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Aging in place is becoming an increasingly popular option for seniors. By aging in place, individuals are able to maintain more independent lifestyles in the comfort of their own homes.

However, for seniors who decide to age in place—or who aren't quite ready to make the transition to assisted living—changes in physical ability, health, and circumstances can make some aspects of daily life challenging. This is particularly true for individuals who live alone, many of whom are in need of home help in the following areas:

Household Chores

For individuals with limited mobility, even normal tasks like cleaning and maintenance around the house can be physically challenging—particularly if the house in question includes features such as stairs or difficult-to-reach areas, or needs to be weatherized to accommodate changing seasons. Caregivers and in-home care professionals can help by taking over more demanding chores, or hiring additional help from maids, gardeners, or handymen.

According to the National Council on Aging, falls are responsible for the greatest number of fatal and non-fatal injuries among older people in the United States. A bad fall can result in a head injury or broken hip, both of which can be serious for seniors. These injuries can be compounded if the person who has fallen lacks the strength to get up without help and remains on the floor for an extended period after their fall.

Falls can be caused by a variety of factors, many of them related to environment and lifestyle. Fortunately, this means that it is within nearly everyone's power to take steps to prevent falls and mitigate their damage when they do occur.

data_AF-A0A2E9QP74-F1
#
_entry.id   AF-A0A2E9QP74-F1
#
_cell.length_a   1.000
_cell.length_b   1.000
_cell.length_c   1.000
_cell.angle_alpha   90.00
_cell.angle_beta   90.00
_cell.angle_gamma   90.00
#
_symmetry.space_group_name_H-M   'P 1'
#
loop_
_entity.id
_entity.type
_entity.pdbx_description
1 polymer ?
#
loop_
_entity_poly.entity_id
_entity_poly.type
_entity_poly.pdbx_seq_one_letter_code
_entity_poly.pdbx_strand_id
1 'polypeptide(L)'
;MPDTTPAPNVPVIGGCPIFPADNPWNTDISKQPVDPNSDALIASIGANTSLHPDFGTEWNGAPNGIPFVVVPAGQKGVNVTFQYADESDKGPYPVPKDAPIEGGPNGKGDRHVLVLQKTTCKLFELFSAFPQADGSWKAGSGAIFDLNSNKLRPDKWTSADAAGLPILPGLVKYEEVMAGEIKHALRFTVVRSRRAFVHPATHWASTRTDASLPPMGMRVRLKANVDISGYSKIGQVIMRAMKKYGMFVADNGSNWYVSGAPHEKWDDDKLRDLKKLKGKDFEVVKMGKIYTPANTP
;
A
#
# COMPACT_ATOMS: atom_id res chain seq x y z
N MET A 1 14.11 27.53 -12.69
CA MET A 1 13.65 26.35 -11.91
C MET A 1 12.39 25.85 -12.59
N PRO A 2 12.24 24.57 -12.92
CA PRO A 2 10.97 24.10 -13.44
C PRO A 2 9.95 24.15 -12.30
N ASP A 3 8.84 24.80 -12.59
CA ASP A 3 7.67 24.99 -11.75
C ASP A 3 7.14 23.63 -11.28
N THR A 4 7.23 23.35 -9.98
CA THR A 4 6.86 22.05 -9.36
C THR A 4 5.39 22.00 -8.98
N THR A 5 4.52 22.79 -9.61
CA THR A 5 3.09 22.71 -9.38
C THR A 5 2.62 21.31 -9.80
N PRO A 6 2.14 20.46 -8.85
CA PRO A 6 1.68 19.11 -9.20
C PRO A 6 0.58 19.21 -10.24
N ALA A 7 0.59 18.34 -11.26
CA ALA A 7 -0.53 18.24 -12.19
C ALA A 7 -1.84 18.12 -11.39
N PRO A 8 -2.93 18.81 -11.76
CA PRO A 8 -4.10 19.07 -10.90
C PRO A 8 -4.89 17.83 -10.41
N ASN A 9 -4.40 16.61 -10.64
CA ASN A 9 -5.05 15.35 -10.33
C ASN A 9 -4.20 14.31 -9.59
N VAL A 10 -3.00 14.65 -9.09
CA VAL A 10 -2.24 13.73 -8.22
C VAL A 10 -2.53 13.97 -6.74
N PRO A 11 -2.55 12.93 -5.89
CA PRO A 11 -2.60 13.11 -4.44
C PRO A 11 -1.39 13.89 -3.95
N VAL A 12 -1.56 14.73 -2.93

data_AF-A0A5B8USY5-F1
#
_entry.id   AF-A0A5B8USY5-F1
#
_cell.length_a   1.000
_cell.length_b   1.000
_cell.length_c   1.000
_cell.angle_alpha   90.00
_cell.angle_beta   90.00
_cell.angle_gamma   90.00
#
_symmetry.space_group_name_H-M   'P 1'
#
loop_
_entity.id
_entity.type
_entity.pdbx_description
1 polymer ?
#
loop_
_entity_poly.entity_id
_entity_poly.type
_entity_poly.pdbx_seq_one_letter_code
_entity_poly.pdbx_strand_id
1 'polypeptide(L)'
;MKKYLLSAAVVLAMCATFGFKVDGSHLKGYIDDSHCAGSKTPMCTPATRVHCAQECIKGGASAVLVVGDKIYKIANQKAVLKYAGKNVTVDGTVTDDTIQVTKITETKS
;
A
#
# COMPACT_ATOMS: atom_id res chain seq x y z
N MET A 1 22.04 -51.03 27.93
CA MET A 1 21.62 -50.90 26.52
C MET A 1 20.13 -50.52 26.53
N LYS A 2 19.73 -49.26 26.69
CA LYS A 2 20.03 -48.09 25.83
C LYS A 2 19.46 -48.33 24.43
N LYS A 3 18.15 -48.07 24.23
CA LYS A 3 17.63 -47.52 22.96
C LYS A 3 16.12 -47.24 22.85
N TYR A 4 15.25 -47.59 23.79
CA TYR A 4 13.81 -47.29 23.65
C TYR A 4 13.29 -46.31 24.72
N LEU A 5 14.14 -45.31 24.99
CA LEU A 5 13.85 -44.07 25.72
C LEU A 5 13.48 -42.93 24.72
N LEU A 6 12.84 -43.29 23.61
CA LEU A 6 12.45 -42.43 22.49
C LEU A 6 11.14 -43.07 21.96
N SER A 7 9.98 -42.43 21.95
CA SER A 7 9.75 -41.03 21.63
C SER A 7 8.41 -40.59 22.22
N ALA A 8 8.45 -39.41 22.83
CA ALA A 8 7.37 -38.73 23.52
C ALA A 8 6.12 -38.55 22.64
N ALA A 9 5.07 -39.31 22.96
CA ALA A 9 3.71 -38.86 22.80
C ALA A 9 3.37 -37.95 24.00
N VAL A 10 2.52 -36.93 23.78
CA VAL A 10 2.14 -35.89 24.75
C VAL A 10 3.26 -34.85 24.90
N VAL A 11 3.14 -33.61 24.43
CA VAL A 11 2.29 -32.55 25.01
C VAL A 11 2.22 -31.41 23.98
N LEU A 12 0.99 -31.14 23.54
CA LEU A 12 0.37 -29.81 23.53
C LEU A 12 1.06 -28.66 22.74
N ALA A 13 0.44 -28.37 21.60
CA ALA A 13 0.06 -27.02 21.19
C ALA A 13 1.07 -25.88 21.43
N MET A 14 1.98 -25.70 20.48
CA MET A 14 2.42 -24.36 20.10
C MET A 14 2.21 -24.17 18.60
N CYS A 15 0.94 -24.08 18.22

Winter can be a stressful time—especially if you are one of the many people who anticipates a spike in your utility bills during the colder months. Historically speaking, it's not unusual for many people to see higher utility bills in the winter as a result of staying indoors more, turning on the lights earlier, poor insulation, and cranking up the thermostat.

However, recent developments might cause an even bigger spike in heating and electric bills than people are used to seeing. For example, the COVID-19 pandemic has forced many people to spend even more time at home than they would otherwise. Further, inflation trends have prompted the government to warn households to expect increases in their heating bills of up to 54%.

Utility bills can be expensive. In 2020, the US government reported that the average electric bill per house was $117.46—a hefty amount for anyone, but especially for households that are struggling with poverty, debt, or unemployment. And unfortunately, experts are warning that the cost of energy will likely continue to increase in the near future, a trend due in part to the influence of the COVID-19 pandemic.

Senior populations are often left out of the conversation around hunger and food insecurity. In fact, hunger and food security are widespread problems amongst this vulnerable group. In 2019, Feeding America estimated that 7.1% of all seniors aged 60 and over faced hunger—in total, that amounts to about 5.2 million individuals.


Food insecurity among senior populations can be caused by a variety of factors. In addition to poverty and other social determinants, chronic disease has been linked to food insecurity as both a cause and a symptom. Some older adults simply lack access to reliable transportation, or suffer from a disability that prevents them from shopping for their own food.